Market Snapshot: March 2019

In summary

In March, the world’s financial markets continued trying to come to grips with the nature and implications of the sudden slowdown in global growth in recent months. Data for the manufacturing sector in several major countries confirmed the slowdown and, in particular, the impact of the US-China trade dispute. However, service sector activity has held up well, offsetting some of the concerns about potential recession.

Central banks around the world responded swiftly, shelving planned interest rate increases and re-focussing on liquidity support for banking systems. In both the US and Australia, markets are now expecting interest rate cuts this year and next. This pushed bond yields down even further, with the Australian 10 year government bond yield hitting an all-time low of 1.7%. In turn, this boosted the interest rate sensitive AREIT stocks, which outperformed the rest of the equity market in March. The underperformance of small cap equities compared with large cap equities, both here and overseas, is consistent with concerns about the pace of growth. Expectations of rate cuts also pushed the A$ down, despite higher iron ore and oil prices.


Figure 1:

Source: Thomson Reuters

Key developments in March


Financial markets are still trying to come to grips with the nature and implications of the sudden slowdown in global growth seen since late last year. Opinions are mixed about whether this is the start of an inevitable slide into recession, or whether it is a temporary lull ahead of better growth later in the year. The way market reacted to key news and data in March highlighted their nervousness and uncertainty about these issues.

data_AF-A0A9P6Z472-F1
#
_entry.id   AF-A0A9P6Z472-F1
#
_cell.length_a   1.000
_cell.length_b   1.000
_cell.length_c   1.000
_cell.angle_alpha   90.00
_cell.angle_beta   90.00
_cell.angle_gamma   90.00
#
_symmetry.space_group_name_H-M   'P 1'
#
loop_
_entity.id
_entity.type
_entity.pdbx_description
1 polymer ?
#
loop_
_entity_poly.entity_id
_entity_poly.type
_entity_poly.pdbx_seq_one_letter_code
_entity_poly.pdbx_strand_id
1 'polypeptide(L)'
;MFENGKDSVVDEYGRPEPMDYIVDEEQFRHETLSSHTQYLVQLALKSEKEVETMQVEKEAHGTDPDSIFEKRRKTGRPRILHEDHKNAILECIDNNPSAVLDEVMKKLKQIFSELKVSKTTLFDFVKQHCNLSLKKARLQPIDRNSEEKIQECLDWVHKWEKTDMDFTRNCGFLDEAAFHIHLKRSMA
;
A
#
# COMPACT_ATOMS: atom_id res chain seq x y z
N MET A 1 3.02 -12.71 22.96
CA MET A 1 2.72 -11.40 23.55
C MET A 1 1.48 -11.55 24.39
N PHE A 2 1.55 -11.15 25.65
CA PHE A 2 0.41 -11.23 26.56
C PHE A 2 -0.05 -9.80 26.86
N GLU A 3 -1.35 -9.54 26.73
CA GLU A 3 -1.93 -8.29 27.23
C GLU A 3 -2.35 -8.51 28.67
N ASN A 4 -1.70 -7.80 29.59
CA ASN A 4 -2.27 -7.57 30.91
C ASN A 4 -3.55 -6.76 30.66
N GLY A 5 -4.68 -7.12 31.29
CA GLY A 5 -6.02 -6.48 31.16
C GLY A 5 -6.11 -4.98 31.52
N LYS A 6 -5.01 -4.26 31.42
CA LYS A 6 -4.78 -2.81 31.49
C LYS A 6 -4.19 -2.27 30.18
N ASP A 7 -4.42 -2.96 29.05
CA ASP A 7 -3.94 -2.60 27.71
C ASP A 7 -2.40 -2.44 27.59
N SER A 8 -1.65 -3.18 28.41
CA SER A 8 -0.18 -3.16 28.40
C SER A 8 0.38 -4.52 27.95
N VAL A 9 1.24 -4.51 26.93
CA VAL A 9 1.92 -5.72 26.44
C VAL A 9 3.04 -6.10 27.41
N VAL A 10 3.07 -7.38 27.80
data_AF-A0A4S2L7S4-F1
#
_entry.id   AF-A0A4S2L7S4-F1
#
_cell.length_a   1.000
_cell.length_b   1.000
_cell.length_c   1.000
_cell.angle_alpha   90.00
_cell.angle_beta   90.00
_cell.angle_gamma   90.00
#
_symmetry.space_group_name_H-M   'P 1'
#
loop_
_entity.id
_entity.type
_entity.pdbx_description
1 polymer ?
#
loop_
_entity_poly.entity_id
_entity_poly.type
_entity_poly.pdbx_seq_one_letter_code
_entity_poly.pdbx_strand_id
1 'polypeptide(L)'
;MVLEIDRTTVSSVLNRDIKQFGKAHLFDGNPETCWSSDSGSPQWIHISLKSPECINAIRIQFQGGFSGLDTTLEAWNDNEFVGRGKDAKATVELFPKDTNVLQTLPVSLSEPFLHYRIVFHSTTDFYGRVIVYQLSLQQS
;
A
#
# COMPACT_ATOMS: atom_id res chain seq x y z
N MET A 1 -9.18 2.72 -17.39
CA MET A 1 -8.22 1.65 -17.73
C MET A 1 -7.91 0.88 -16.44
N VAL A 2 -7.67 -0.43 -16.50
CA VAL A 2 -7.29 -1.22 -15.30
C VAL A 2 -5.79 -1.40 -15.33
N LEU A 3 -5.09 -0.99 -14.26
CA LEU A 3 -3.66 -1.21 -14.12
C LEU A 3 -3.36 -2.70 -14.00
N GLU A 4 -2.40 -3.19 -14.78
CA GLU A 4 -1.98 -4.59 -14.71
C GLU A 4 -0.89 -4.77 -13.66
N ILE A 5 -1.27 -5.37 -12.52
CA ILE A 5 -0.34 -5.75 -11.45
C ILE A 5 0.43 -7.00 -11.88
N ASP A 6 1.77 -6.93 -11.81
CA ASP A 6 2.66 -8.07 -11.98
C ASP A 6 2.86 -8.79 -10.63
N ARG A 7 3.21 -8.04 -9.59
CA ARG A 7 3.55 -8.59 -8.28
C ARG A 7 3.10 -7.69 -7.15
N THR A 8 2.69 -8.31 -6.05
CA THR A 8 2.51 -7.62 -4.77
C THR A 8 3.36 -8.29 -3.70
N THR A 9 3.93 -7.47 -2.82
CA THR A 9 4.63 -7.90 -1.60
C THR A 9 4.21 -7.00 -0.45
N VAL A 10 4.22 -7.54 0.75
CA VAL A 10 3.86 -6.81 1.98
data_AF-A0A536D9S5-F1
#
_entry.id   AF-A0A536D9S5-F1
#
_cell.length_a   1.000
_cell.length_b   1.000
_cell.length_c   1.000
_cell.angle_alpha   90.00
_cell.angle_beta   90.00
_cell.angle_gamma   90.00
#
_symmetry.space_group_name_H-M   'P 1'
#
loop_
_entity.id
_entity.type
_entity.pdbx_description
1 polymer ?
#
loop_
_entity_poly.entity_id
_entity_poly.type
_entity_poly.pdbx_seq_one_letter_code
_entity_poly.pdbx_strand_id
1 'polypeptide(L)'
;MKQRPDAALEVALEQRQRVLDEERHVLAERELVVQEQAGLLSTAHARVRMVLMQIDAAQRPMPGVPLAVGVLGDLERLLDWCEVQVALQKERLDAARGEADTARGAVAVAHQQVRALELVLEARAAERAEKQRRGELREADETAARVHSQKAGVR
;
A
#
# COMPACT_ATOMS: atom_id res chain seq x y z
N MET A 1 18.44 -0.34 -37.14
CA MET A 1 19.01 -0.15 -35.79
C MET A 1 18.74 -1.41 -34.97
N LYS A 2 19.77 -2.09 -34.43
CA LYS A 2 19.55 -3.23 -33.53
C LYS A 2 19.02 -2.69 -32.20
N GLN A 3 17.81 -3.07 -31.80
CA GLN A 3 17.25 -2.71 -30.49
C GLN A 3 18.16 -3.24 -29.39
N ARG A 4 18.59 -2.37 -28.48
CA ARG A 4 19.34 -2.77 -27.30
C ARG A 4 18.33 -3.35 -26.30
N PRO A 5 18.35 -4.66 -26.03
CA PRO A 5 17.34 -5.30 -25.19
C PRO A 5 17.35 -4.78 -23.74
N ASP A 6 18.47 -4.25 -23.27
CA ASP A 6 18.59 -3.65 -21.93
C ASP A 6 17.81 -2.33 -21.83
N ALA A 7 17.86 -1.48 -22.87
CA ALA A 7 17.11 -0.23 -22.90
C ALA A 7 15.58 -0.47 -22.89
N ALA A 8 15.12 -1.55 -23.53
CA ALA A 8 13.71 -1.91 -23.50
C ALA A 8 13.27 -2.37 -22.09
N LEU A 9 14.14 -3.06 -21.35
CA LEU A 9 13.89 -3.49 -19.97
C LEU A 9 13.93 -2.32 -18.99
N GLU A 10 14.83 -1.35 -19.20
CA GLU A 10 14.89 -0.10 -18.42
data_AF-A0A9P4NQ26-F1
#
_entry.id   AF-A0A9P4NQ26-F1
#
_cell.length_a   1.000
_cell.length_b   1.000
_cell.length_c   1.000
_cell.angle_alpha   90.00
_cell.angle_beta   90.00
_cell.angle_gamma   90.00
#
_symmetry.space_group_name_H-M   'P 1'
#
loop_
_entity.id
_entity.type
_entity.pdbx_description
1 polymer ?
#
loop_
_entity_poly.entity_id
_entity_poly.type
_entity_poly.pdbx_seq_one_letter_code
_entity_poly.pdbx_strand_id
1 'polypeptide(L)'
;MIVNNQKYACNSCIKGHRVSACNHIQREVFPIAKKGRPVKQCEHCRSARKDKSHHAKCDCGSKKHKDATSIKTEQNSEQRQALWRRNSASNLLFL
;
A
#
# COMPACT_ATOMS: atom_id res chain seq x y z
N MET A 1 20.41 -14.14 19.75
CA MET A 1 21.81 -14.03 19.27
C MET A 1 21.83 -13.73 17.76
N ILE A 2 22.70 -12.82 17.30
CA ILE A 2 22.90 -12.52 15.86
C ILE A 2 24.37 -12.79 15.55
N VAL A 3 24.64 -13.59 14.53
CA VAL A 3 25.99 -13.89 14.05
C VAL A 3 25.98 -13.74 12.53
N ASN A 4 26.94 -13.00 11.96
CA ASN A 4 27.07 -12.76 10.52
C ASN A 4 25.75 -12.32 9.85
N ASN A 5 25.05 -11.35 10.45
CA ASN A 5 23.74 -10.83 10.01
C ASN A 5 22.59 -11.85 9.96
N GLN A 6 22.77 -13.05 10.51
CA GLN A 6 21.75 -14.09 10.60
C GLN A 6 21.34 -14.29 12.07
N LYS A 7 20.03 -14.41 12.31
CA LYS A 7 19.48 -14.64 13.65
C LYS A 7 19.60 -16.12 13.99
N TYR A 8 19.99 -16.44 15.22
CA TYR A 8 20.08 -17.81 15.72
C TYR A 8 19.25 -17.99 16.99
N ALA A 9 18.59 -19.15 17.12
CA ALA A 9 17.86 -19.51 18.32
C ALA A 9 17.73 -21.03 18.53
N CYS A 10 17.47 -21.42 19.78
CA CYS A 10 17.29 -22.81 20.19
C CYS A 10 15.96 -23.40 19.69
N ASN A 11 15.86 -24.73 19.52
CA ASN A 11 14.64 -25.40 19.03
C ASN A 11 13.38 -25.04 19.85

Not surprisingly, markets are watching the latest economic data closely to get a handle on the pace of growth. Inflation is less of a concern, as markets believe there will be very little inflationary pressure over the next year or so. Growth and labour markets are what matter most. For example, here in Australia, the Reserve Bank has made it clear that the state of the labour market will be the ultimate driver of what happens to interest rates. Latest data showed further employment growth in February, though not as robust as in the previous month. There was little movement in both the unemployment and underemployment rates, which need to fall further in order to put upward pressure on wages growth.

The Reserve Bank is keen to see higher wage growth because it would help support household consumption, which is such a large part of the economy, and because it would help property owners better manage the impact of declining house prices. However, the Q4 2018 GDP data showed the economy grew by less than had been expected, with dwelling investment being a significant negative contributor. Signs of further house price weakness and falling approvals for new construction suggest we will see more weakness in dwelling investment in coming months. The GDP figures also suggested that households may be actively reducing their debt levels. Uncertainty ahead of the forthcoming Federal election could be a factor behind this.

Importantly, growth slowing now means employment growth slowing in the future. This is a key reason why financial markets now think the Reserve Bank will cut the cash rate twice to 1% by the end of next year. Some analysts expect the first rate cut to be a soon as July this year. This sentiment helped push bond yields down even further in March. The key 10 year Government bond yield fell to an all-time low of 1.7%. In turn, this helped push up the interest rate sensitive AREIT stocks which strongly outperformed the rest of the equity market in March. Expectations of rate cuts also pushed the A$ down, despite higher iron ore and oil prices.